Malaysians can expect more goodies in election Budget

Malaysian Prime Minister Najib Razak is expected to dispense more crowd-pleasing financial measures when he unveils Budget 2018 on Friday, backed by a better-than-expected economy and ahead of a general election that is due next August.
Malaysian Prime Minister Najib Razak is expected to dispense more crowd-pleasing financial measures when he unveils Budget 2018 on Friday, backed by a better-than-expected economy and ahead of a general election that is due next August. PHOTO: REUTERS

Better economy means PM Najib can spend more on aid schemes

Malaysian Prime Minister Najib Razak is expected to dispense more crowd-pleasing financial measures when he unveils Budget 2018 on Friday, backed by a better-than-expected economy and ahead of a general election that is due next August.

"As the 14th general election looms, Budget 2018 will have short-term populist elements," said Maybank IB Research, adding that 2017 saw "real GDP growth recovery" as opposed to the slowdown over the two previous years.

Datuk Seri Najib, who is also Finance Minister, will have to continue appeasing rating agencies and capital markets by fulfilling his vow to cut the fiscal deficit.

But even if he continues to trim the deficit to an expected 2.9 per cent of gross domestic product, he will still have an estimated RM11 billion (S$3.5 billion) more to spend next year, a hike of 4.3 per cent from this year's budgeted RM258 billion, according to RHB Research Institute. This is due to a larger economy and better revenue collection.

Malaysia is set to record faster economic growth this year, with the first half's 5.7 per cent expansion leading most economists to project the full-year increase at well above the government's 4 per cent to 5 per cent range.

And the Treasury is richer due to a stronger economy - the 6 per cent goods and services tax is expected to rake in up to RM3 billion more than its targeted RM40 billion - and higher oil prices. Oil has tracked above the government assumption of US$45 per barrel all year, and currently trades at US$57 per barrel.

The best bet among analysts is for those extra funds to be spent on a bigger BR1M cash handout. This year, RM6.8 billion was allocated to seven million recipients - households with a monthly income below RM4,000 and singles earning less than RM2,000 - who received between RM450 and RM1,200 each. The payout reached more than 3.5 million households, more than half the families in Malaysia.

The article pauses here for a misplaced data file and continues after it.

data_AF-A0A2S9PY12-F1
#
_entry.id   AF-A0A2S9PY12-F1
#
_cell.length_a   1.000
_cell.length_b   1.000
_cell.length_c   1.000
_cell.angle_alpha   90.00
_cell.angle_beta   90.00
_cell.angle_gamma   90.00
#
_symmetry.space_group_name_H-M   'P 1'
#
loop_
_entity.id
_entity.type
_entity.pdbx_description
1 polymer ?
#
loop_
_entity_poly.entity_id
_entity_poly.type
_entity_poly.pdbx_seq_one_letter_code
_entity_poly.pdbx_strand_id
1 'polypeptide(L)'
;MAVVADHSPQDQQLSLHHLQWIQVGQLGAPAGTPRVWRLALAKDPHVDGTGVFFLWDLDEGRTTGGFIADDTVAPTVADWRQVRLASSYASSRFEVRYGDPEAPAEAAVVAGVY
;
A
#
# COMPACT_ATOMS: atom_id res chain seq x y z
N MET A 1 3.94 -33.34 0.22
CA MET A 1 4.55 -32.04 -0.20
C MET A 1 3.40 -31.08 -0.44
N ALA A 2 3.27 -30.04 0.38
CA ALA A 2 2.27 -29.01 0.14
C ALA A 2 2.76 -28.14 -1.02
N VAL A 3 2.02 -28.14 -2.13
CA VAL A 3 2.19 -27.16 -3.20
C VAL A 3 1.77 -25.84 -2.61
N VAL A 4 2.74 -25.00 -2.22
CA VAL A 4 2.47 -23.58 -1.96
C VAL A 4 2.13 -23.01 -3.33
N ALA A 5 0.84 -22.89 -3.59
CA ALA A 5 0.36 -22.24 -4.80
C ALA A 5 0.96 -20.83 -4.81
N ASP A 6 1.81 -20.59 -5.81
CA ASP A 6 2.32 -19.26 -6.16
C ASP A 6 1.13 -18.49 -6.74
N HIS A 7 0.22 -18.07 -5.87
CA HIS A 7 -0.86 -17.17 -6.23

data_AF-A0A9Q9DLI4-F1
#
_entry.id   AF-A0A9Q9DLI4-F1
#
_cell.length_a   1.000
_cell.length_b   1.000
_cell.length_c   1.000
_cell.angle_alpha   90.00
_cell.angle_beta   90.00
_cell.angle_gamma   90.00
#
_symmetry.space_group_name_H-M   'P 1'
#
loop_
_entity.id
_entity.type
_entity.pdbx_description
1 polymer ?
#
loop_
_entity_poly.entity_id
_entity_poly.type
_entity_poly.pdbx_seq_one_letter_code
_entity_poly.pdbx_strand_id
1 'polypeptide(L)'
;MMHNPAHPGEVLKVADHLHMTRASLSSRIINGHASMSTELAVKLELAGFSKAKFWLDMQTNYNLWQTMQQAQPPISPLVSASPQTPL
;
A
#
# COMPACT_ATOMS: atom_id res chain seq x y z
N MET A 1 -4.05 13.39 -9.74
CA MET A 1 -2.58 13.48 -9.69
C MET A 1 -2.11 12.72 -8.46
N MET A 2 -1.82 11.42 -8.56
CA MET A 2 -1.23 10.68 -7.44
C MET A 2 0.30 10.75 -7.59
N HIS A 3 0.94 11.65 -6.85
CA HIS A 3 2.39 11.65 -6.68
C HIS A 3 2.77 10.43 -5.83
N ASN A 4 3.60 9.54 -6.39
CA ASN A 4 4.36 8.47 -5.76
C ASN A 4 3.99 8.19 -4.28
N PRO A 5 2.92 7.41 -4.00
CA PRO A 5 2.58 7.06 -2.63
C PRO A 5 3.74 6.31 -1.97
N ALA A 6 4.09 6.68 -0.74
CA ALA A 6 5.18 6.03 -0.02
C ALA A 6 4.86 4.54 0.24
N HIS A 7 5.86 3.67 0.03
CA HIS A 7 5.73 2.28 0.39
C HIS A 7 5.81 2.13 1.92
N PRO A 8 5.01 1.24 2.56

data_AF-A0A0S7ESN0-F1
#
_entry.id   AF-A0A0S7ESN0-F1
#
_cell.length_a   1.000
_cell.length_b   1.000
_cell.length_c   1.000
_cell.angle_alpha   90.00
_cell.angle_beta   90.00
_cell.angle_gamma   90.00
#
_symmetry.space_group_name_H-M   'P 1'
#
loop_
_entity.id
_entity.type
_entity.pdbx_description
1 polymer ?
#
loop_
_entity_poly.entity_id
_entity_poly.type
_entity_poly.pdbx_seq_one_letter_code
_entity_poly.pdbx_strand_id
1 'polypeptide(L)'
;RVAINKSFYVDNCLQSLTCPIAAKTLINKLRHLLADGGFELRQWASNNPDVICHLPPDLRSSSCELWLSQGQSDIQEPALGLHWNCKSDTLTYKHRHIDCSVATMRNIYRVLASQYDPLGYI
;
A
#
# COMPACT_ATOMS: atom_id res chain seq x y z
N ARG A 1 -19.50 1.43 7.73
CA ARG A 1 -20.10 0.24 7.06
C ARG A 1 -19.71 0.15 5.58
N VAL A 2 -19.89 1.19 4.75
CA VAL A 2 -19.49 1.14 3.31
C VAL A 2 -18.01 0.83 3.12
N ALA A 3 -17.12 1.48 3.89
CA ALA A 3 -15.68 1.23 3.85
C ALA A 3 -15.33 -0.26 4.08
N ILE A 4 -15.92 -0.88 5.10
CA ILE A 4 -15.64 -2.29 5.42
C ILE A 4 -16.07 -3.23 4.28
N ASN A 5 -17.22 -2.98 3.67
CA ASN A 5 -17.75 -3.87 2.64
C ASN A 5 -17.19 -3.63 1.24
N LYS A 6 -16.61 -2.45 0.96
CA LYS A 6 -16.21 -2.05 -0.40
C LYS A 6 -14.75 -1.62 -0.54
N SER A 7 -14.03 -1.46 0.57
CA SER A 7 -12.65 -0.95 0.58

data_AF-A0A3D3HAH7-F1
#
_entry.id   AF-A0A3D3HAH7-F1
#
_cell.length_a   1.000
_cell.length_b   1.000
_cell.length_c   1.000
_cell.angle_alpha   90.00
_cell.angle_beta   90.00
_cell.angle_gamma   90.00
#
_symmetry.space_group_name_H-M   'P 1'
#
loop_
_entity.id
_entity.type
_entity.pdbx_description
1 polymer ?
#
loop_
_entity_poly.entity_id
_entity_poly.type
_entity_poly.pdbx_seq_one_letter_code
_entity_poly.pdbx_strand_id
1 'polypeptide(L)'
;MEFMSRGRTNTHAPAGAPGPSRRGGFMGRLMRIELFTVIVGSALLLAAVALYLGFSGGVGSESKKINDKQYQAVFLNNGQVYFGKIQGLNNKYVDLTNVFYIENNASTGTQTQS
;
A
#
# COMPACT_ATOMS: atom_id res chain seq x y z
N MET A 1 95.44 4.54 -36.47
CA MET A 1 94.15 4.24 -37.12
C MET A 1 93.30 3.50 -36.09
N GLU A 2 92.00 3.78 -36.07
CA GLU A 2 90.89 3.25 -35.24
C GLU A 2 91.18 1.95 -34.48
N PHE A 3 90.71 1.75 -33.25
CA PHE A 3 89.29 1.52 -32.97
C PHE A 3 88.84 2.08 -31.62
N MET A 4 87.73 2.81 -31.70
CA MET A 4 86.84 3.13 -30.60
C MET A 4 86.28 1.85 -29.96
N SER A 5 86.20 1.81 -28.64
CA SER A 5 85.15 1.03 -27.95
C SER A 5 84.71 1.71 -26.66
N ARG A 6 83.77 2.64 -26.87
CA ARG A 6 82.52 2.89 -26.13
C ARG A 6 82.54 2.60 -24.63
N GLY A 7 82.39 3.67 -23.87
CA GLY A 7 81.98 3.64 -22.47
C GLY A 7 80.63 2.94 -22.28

The higher payouts may heighten accusations of vote-buying but, in a pre-Budget message on his blog yesterday, Mr Najib said: "It is frankly cruel-hearted for anyone in the opposition to talk of taking away a programme that is designed to help ease the burden of millions."

Maybank IB expects an RM100 increase per recipient, and noted the qualification threshold has been progressively raised since the financial aid scheme was introduced in 2012.

The higher payouts may heighten accusations of vote-buying but, in a pre-Budget message on his blog yesterday, Mr Najib said: "It is frankly cruel-hearted for anyone in the opposition to talk of taking away a programme that is designed to help ease the burden of millions."

This would be the main move to ease anger over this year's rise in inflation, which has been nearly double the 2.1 per cent registered in 2015 and 2016.

Analysts also expect more items to qualify for personal income tax relief, which currently covers payments like insurance premiums, education fees and healthcare bills.

A more popular move would be to reduce the tax rate outright, but the Premier pointed out that since he became Finance Minister in 2008, corporate and personal taxes have dropped from 27 per cent and 28 per cent, respectively, to 24 per cent. "We also raised the tax threshold so that those whose (monthly) income is RM4,000 or below no longer have to pay any income tax - unlike in the past, where those who had salaries of even RM2,000 were taxed," he said in his blog.

Mr Najib may also need to secure key vote banks for his government. There have been grumbles from the 1.6 million-strong civil service, as well as the 1.2 million comprising settlers and their families under Felda, the land development agency mired in controversial deals that have led to billions in losses. An earlier RM1.6 billion pledge of cash and debt forgiveness to Felda families appears to have fallen short of quelling unhappiness, so more incentives could be in the offing.

Other rural vote banks, such as rice farmers and fishermen, could also see increased subsidies, while the urban poor have been promised a fix for housing unaffordability, a top concern since the 2013 elections. Mr Najib has promised RM6 billion will be set aside for low-cost public housing next year.

Not all new spending will be short term, however. Budget 2018 will be themed "Shaping the Future", and will likely dangle long-term projects before voters.

"Mega infrastructure projects would remain in the limelight as a market impactful measure," said UOB-Kay Hian's head of research Vincent Khoo. The bulk of these would be transport-related, like the ongoing MRT and LRT expansions in the Klang Valley, as well as further rollout of works for the East Coast Rail Link and Pan-Borneo Highway.

A version of this article appeared in the print edition of The Straits Times on October 25, 2017, with the headline 'Malaysians can expect more goodies in election Budget'. Print Edition | Subscribe